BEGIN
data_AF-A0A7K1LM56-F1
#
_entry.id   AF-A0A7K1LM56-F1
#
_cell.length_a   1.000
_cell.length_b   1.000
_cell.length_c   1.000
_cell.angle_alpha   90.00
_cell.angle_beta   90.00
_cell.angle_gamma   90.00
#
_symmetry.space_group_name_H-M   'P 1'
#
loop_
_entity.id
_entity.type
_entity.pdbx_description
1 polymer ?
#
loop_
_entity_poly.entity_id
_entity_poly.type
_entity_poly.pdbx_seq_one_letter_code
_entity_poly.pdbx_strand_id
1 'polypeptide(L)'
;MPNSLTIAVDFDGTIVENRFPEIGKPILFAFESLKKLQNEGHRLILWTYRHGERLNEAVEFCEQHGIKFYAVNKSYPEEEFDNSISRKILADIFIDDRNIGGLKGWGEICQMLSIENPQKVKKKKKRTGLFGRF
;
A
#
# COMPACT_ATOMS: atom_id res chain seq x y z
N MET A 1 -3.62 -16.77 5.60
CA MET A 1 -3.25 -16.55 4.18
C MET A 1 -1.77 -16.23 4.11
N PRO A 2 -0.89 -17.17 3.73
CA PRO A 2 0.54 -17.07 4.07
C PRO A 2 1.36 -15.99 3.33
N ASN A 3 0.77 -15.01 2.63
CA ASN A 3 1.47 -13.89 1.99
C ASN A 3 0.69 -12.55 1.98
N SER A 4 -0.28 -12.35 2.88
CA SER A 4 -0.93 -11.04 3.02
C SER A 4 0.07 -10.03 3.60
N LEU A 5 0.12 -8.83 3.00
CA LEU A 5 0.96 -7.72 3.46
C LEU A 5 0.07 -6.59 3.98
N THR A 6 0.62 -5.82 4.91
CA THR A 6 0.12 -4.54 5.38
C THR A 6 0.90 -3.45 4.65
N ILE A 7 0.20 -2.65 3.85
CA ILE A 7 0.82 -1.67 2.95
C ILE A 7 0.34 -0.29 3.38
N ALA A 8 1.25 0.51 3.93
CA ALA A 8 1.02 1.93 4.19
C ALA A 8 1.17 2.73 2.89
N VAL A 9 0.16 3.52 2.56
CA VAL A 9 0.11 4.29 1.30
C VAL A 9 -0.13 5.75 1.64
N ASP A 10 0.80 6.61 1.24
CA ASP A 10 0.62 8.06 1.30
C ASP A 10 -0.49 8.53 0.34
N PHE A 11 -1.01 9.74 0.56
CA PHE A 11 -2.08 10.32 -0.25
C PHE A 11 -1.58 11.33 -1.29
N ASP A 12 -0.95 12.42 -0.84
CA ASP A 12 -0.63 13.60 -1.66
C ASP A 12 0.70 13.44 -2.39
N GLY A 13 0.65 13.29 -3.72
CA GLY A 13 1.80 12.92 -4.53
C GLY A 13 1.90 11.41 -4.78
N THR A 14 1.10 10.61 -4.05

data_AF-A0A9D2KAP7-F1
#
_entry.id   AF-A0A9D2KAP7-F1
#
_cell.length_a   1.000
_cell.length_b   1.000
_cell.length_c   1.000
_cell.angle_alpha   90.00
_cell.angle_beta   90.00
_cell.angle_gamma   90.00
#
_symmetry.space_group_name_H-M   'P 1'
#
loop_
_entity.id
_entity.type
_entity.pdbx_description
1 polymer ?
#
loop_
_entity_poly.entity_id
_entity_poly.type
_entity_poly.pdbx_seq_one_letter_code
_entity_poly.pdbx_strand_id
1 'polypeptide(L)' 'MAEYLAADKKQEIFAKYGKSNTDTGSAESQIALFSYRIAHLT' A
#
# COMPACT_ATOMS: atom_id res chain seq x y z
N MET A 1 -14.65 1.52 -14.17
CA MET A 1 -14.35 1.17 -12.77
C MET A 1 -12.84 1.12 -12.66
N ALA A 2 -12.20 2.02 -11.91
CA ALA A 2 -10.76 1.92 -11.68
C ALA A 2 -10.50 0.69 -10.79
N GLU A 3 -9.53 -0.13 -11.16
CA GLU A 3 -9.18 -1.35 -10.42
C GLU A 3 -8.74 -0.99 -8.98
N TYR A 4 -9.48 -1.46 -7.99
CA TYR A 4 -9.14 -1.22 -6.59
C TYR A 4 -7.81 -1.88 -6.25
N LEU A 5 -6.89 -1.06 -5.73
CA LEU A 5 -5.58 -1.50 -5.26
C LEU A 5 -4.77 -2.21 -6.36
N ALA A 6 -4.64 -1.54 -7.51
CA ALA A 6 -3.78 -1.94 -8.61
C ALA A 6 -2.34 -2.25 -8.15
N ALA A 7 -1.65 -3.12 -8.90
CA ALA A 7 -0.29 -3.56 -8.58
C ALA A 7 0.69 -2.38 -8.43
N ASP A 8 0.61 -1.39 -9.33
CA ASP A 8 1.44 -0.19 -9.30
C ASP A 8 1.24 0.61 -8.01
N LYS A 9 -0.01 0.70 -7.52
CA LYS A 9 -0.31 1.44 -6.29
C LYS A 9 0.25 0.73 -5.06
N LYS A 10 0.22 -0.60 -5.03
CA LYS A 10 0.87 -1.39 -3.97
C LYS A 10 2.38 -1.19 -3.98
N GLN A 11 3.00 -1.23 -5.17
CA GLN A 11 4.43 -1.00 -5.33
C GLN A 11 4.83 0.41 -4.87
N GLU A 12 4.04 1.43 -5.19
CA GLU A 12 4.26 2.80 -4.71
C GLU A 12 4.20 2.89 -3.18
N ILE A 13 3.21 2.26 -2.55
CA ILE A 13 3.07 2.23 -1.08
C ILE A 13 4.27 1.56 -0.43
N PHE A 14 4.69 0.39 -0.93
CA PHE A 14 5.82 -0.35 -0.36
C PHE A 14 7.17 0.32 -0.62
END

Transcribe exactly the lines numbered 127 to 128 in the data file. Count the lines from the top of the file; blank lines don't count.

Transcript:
C LYS A 10 2.38 -1.19 -3.98
N GLN A 11 3.00 -1.23 -5.17